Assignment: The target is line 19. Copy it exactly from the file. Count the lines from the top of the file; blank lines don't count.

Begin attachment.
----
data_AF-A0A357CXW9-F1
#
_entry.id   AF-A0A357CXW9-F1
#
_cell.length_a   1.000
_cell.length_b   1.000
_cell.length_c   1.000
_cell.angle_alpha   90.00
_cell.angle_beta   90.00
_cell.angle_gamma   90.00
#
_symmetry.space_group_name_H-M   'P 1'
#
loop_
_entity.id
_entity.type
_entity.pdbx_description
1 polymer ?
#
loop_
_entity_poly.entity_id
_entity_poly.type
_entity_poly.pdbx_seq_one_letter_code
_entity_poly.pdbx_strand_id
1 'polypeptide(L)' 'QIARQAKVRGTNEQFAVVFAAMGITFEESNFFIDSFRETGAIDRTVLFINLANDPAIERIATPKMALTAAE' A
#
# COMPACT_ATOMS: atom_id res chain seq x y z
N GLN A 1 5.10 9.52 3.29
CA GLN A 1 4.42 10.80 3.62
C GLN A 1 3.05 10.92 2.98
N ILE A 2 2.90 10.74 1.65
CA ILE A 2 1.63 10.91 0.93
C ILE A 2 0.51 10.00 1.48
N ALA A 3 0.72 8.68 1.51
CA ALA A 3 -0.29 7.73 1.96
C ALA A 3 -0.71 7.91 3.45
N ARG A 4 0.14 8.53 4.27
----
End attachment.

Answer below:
#